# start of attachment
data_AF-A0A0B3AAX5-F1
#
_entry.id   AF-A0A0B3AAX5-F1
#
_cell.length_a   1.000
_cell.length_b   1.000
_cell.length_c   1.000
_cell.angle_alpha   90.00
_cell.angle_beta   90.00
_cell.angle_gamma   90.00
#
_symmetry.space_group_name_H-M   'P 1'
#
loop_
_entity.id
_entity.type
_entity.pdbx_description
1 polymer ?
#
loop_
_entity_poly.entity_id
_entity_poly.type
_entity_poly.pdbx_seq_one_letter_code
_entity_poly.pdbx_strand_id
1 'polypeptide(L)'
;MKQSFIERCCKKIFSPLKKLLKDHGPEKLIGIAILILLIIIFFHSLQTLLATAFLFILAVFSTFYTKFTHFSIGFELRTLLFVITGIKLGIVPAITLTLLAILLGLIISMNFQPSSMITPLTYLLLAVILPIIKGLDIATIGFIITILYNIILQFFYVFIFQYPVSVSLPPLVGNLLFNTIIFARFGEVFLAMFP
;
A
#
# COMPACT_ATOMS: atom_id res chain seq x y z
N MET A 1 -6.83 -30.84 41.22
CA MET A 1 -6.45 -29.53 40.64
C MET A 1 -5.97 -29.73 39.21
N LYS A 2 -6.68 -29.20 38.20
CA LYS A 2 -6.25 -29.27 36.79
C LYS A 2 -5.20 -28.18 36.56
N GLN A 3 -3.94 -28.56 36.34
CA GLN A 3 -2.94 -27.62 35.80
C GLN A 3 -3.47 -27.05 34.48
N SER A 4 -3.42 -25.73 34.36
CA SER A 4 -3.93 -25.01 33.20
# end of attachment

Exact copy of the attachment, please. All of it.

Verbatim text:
data_AF-A0A0B3AAX5-F1
#
_entry.id   AF-A0A0B3AAX5-F1
#
_cell.length_a   1.000
_cell.length_b   1.000
_cell.length_c   1.000
_cell.angle_alpha   90.00
_cell.angle_beta   90.00
_cell.angle_gamma   90.00
#
_symmetry.space_group_name_H-M   'P 1'
#
loop_
_entity.id
_entity.type
_entity.pdbx_description
1 polymer ?
#
loop_
_entity_poly.entity_id
_entity_poly.type
_entity_poly.pdbx_seq_one_letter_code
_entity_poly.pdbx_strand_id
1 'polypeptide(L)'
;MKQSFIERCCKKIFSPLKKLLKDHGPEKLIGIAILILLIIIFFHSLQTLLATAFLFILAVFSTFYTKFTHFSIGFELRTLLFVITGIKLGIVPAITLTLLAILLGLIISMNFQPSSMITPLTYLLLAVILPIIKGLDIATIGFIITILYNIILQFFYVFIFQYPVSVSLPPLVGNLLFNTIIFARFGEVFLAMFP
;
A
#
# COMPACT_ATOMS: atom_id res chain seq x y z
N MET A 1 -6.83 -30.84 41.22
CA MET A 1 -6.45 -29.53 40.64
C MET A 1 -5.97 -29.73 39.21
N LYS A 2 -6.68 -29.20 38.20
CA LYS A 2 -6.25 -29.27 36.79
C LYS A 2 -5.20 -28.18 36.56
N GLN A 3 -3.94 -28.56 36.34
CA GLN A 3 -2.94 -27.62 35.80
C GLN A 3 -3.47 -27.05 34.48
N SER A 4 -3.42 -25.73 34.36
CA SER A 4 -3.93 -25.01 33.20